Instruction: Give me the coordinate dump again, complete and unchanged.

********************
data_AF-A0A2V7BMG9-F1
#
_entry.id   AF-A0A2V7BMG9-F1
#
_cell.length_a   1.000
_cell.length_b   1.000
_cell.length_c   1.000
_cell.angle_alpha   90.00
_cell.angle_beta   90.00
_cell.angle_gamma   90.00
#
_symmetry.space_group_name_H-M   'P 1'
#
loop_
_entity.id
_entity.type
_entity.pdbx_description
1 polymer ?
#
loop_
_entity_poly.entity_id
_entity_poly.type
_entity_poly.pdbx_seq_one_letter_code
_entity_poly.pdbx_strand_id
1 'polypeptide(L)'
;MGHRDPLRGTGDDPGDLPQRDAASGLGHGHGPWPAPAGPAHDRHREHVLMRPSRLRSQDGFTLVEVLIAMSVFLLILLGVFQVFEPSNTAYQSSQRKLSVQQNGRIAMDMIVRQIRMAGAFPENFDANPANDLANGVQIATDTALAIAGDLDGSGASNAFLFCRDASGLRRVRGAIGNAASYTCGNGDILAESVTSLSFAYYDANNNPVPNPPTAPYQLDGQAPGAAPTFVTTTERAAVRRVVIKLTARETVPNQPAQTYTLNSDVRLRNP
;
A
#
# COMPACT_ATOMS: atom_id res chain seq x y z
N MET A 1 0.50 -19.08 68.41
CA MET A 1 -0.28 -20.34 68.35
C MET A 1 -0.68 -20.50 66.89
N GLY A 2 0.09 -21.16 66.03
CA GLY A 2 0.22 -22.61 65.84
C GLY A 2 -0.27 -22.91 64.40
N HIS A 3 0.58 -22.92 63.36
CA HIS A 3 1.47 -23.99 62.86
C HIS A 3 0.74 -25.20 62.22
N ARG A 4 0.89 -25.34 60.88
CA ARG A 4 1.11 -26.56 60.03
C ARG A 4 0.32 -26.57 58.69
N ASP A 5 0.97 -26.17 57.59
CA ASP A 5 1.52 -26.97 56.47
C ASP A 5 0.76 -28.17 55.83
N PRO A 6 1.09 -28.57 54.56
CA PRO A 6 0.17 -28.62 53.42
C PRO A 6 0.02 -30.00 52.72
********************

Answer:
data_AF-A0A2V7BMG9-F1
#
_entry.id   AF-A0A2V7BMG9-F1
#
_cell.length_a   1.000
_cell.length_b   1.000
_cell.length_c   1.000
_cell.angle_alpha   90.00
_cell.angle_beta   90.00
_cell.angle_gamma   90.00
#
_symmetry.space_group_name_H-M   'P 1'
#
loop_
_entity.id
_entity.type
_entity.pdbx_description
1 polymer ?
#
loop_
_entity_poly.entity_id
_entity_poly.type
_entity_poly.pdbx_seq_one_letter_code
_entity_poly.pdbx_strand_id
1 'polypeptide(L)'
;MGHRDPLRGTGDDPGDLPQRDAASGLGHGHGPWPAPAGPAHDRHREHVLMRPSRLRSQDGFTLVEVLIAMSVFLLILLGVFQVFEPSNTAYQSSQRKLSVQQNGRIAMDMIVRQIRMAGAFPENFDANPANDLANGVQIATDTALAIAGDLDGSGASNAFLFCRDASGLRRVRGAIGNAASYTCGNGDILAESVTSLSFAYYDANNNPVPNPPTAPYQLDGQAPGAAPTFVTTTERAAVRRVVIKLTARETVPNQPAQTYTLNSDVRLRNP
;
A
#
# COMPACT_ATOMS: atom_id res chain seq x y z
N MET A 1 0.50 -19.08 68.41
CA MET A 1 -0.28 -20.34 68.35
C MET A 1 -0.68 -20.50 66.89
N GLY A 2 0.09 -21.16 66.03
CA GLY A 2 0.22 -22.61 65.84
C GLY A 2 -0.27 -22.91 64.40
N HIS A 3 0.58 -22.92 63.36
CA HIS A 3 1.47 -23.99 62.86
C HIS A 3 0.74 -25.20 62.22
N ARG A 4 0.89 -25.34 60.88
CA ARG A 4 1.11 -26.56 60.03
C ARG A 4 0.32 -26.57 58.69
N ASP A 5 0.97 -26.17 57.59
CA ASP A 5 1.52 -26.97 56.47
C ASP A 5 0.76 -28.17 55.83
N PRO A 6 1.09 -28.57 54.56
CA PRO A 6 0.17 -28.62 53.42
C PRO A 6 0.02 -30.00 52.72